• Tools currently available on FDA's website
      • Mitigation Strategies Database is an online, searchable listing of mitigation strategies that can be applied to different steps in a food operation
      • The FDA FSMA Food Safety Technical Assistance Network is operational and provides a central source of information to support industry understanding and implementation of FSMA. Questions submitted online or by mail will be answered by information specialists of subject matter experts.
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Ralph Simmons

Ralph Simmons
Chairman and President, Ralph A. Simmons LLC

Ralph A. Simmons has over 35 years of experience in FDA regulation of food, and related products such as direct food additives, and food-contact substances. This experience has included the representation of companies with FDA-regulated products and experience as a senior policy advisor within FDA. The experience in FDA included work on regulations to implement FSMA.

Mr. Simmons has extensive experience in working with FDA on FSMA regulations and regulations in related areas, such as direct food additives and food-contact substances. This experience has included representing industry in negotiations with FDA, which avoided having food-contact material suppliers being registered under FDA’s program of registration of food facilities, located domestically and internationally.

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Frederick R. Weisman Art Museum

Frederick R. Weisman Art Museum

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This living history museum commemorates the establishment of a fort here in the wilderness in 1819 by Col. Josiah Snelling and his troops, who opened the area for homesteaders. Costumed guides are the focus of a living history reenactment during the summer months, re-creating the activities of everyday army life during the 1820s.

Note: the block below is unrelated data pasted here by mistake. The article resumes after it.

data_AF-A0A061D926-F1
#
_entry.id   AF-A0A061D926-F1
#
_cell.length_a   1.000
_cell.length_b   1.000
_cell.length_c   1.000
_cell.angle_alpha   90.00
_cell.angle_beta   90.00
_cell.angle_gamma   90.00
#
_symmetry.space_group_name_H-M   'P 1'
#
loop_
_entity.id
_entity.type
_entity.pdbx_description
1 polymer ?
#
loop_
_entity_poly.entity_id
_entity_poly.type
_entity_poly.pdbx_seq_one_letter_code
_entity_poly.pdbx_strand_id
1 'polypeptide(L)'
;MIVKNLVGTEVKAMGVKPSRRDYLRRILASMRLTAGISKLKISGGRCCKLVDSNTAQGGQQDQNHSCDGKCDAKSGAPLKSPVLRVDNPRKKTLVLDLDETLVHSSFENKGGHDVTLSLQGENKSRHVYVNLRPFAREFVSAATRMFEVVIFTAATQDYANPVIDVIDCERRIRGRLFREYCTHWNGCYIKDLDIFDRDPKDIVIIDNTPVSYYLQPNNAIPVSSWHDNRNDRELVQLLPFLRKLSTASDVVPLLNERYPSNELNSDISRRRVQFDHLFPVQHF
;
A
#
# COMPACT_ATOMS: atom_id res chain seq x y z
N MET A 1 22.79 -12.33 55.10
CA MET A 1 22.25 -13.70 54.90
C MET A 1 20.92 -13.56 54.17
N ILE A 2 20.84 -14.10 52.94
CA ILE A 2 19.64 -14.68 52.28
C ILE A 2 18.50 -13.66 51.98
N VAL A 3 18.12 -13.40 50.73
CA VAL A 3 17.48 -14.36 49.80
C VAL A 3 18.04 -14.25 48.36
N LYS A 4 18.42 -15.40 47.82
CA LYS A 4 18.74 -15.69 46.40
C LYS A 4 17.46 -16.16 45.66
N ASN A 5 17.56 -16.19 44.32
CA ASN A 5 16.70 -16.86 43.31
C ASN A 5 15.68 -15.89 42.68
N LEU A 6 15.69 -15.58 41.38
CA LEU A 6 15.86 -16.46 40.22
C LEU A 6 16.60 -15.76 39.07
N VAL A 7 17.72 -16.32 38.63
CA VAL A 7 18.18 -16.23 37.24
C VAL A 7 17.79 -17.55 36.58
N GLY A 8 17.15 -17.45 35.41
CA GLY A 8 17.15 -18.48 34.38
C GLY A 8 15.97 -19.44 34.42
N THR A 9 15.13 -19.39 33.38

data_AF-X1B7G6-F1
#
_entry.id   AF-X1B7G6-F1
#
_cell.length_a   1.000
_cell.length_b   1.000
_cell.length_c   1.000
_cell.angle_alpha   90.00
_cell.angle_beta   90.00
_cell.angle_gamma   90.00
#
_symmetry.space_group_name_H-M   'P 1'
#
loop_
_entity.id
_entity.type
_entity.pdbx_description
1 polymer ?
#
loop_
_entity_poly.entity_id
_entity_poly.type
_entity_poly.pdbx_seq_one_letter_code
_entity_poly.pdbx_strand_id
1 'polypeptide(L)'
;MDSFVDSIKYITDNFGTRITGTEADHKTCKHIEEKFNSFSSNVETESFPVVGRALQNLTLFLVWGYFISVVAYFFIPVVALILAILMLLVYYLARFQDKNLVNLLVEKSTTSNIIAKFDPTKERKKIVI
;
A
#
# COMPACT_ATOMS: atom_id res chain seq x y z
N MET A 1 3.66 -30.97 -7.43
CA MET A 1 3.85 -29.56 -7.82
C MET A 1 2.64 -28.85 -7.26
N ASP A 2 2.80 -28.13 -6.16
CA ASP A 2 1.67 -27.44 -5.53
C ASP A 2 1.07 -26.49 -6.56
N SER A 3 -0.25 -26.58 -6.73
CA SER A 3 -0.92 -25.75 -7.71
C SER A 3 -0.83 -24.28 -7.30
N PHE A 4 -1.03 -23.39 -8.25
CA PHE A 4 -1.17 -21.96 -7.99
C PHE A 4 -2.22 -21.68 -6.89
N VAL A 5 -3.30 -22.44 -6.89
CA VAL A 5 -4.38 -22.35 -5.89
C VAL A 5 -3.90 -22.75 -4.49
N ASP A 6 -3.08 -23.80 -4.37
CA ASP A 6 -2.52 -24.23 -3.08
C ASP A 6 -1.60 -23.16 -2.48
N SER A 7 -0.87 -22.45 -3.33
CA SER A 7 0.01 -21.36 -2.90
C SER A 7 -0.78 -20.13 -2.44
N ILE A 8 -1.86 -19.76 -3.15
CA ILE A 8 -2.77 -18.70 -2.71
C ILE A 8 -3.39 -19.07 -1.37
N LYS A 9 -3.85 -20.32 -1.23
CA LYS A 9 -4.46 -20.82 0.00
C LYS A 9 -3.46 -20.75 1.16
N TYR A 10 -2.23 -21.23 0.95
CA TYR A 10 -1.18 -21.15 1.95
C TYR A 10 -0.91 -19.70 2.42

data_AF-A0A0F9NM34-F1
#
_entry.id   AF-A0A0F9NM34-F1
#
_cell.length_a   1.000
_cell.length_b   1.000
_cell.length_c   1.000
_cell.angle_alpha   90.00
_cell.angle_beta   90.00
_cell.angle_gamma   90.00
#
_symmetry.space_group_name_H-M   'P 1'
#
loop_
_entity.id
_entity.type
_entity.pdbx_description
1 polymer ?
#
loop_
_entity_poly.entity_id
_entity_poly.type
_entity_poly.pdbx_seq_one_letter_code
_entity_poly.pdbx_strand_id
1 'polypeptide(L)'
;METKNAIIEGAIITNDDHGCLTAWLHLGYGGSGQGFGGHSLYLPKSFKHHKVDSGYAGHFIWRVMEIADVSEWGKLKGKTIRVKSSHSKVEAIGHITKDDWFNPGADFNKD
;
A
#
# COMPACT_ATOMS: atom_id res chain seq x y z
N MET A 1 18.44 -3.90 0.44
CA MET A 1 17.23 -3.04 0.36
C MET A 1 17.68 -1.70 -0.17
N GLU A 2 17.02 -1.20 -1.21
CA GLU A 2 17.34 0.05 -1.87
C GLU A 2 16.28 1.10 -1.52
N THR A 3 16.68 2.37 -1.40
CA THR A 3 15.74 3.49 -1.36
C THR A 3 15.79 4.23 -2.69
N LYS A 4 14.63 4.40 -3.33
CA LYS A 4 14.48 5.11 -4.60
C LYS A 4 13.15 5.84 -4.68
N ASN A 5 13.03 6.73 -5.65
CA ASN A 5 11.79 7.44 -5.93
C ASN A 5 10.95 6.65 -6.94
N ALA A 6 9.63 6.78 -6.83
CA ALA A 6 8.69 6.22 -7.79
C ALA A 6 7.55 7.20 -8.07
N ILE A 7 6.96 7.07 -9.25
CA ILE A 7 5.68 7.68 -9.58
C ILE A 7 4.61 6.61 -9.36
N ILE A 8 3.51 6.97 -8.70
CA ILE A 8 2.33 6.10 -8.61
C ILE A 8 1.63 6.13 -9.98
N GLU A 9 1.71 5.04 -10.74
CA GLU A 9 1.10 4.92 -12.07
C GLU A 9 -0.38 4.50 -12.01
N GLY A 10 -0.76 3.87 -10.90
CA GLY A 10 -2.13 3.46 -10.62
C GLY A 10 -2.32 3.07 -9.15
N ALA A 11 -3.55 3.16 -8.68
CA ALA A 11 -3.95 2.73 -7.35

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Mississippi River Visitor Center

Located inside the entrance to the Science Museum of Minnesota , the Mississippi River Visitor Center is operated by the National Park Service and designed to educate visitors about the Mississippi National River & Recreation Area. Park rangers can assist travelers with planning outdoor excursions, including canoe and riverboat trips, hiking, biking, and birding. If you're at all outdoorsy, it's worth a stop.

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Hands-on exhibits introduce visitors to natural history, science, and technology in this massive museum. Highlights include the Human Body Gallery, navigating a virtual towboat down the Mississippi River, and a collection of fossils and prehistoric specimens. In warm months check out EarthScapes Mini Golf, a new activity designed to teach earth surface dynamics. There's also an Omnitheater.

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University of Minnesota